Dadar, Mumbai’s first planned suburb, is in popular imagination a place where culture and politics meet. When the Salvacao Portuguese Church, also called Our Lady of Salvation Church, was renovated in 1977, it was the first-of-its-kind makeover the city had seen. Gone were the steeples, the choir loft, the ascending roof and ornate facade, to be replaced by conical domes connecting the sanctuary (altar), the nave (central aisle), the baptistery (baptismal font), and the oratory (shrine). Charles Correa, by then, was already a Padma Vibhushan awardee, and had held the position of chief architect for Navi Mumbai.
The church was originally built by Portuguese Franciscans in the late 1500s and went through three renovations as it expanded. Correa was commissioned the revamp in 1974. In an essay in his book A Place in the Shade, Correa writes of how architecture unites us, despite differences in religious beliefs. How the axis mundi (the column of the universe connecting the earth to the sky) is fundamental to the architectonic symbolism in universal places of worship. This “open to sky” motif appears in almost every Correa project. In this church, he attempts that with the conical flues, while the interconnected walkways and central courtyard become as much a congregational space as the interiors.
Correa’s other tradition-defying act was to invite MF Husain to do a fresco on glass for the central dome. It was his idea of externalising the “social aspect of religion”. Husain divided the glass into several segments for a stained-glass effect and painted the story of the five loaves and two fish, and the death and resurrection of Christ. On sunny days, it’s ethereal to see the light stream through the painting.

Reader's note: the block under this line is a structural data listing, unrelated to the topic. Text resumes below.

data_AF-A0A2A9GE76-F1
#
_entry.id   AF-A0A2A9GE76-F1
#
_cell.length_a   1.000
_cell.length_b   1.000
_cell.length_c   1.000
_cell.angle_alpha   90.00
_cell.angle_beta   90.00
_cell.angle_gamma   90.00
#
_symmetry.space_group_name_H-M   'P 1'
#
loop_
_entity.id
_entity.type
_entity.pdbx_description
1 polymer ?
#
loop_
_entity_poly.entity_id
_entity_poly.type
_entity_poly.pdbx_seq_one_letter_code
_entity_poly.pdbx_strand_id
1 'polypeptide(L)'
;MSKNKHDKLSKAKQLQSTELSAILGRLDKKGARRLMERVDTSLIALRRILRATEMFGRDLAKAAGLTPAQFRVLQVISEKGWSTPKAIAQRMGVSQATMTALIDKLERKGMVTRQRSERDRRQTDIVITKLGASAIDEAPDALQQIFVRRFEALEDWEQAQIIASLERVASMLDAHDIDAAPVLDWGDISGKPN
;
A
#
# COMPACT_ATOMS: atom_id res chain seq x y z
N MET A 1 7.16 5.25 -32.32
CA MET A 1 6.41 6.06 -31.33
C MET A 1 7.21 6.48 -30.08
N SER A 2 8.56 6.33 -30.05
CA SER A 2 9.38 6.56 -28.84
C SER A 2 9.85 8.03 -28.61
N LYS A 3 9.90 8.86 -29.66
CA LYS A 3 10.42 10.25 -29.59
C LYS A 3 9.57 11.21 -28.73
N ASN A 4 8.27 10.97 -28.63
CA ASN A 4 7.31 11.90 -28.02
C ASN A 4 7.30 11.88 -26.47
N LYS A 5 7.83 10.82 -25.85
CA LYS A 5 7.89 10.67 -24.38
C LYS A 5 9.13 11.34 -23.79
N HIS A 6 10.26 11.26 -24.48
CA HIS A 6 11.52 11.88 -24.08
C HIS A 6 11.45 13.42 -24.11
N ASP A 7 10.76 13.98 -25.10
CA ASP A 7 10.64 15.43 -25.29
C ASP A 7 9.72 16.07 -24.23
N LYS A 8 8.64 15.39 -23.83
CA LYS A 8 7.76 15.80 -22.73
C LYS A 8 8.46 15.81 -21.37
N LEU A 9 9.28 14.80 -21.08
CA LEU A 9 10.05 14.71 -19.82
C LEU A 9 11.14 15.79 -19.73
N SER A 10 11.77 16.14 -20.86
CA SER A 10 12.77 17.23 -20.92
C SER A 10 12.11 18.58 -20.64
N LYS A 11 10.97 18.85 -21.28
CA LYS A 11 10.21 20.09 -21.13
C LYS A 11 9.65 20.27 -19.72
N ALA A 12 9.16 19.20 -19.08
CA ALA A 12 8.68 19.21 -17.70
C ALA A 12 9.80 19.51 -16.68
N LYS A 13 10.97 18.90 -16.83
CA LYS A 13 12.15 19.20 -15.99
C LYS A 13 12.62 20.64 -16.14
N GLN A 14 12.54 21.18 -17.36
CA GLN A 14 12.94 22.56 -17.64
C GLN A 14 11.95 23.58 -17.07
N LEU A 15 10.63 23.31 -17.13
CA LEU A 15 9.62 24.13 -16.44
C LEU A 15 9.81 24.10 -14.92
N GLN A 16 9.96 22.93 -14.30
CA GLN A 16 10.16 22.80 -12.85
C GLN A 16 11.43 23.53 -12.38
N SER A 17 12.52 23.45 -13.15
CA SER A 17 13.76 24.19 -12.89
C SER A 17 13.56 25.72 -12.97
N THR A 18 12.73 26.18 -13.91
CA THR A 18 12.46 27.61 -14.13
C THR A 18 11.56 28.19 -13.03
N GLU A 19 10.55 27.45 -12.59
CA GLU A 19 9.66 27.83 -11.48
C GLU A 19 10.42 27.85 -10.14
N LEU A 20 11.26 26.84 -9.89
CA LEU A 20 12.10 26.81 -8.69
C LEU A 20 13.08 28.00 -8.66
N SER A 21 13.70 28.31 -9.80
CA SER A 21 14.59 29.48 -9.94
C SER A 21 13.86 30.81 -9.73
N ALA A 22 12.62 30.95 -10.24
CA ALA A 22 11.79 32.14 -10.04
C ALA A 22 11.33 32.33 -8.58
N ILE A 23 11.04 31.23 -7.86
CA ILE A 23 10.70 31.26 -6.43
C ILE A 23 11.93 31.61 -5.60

“I experienced what a space is for the first time with this building,” says Smita Dalvi, a professor at the Pillai College of Architecture, Navi Mumbai, as she recalls her days as a student architect. “A church is traditionally about the architecture of the interior spaces, and here Correa moves from the inward space to the outward form.”
By turning walls into generous doors all around, not only does Correa manage light and ventilation but also ensures participation of the people in the liturgical rites on busy days such as Christmas and Good Friday. There’s no escaping the heat, though, say parishioners.
“The present church is ultra-modern compared to the old Portuguese one with its baroque architecture. It is unlike any other church in Mumbai, with its inverted cones and without steeples. Since there are no high roofs, we face acoustic issues. There are places within the church where you sometimes can’t understand the priest or the choir. We try and work our way around it,” says 85-year-old Sydney Mendoza, who was the choir conductor of the church from 1965 to 2000.
While many are undecided if they like or dislike of the building, it’s to be said that Correa’s ambition in this project gave many students of the time hope in the many possibilities that architecture contained.
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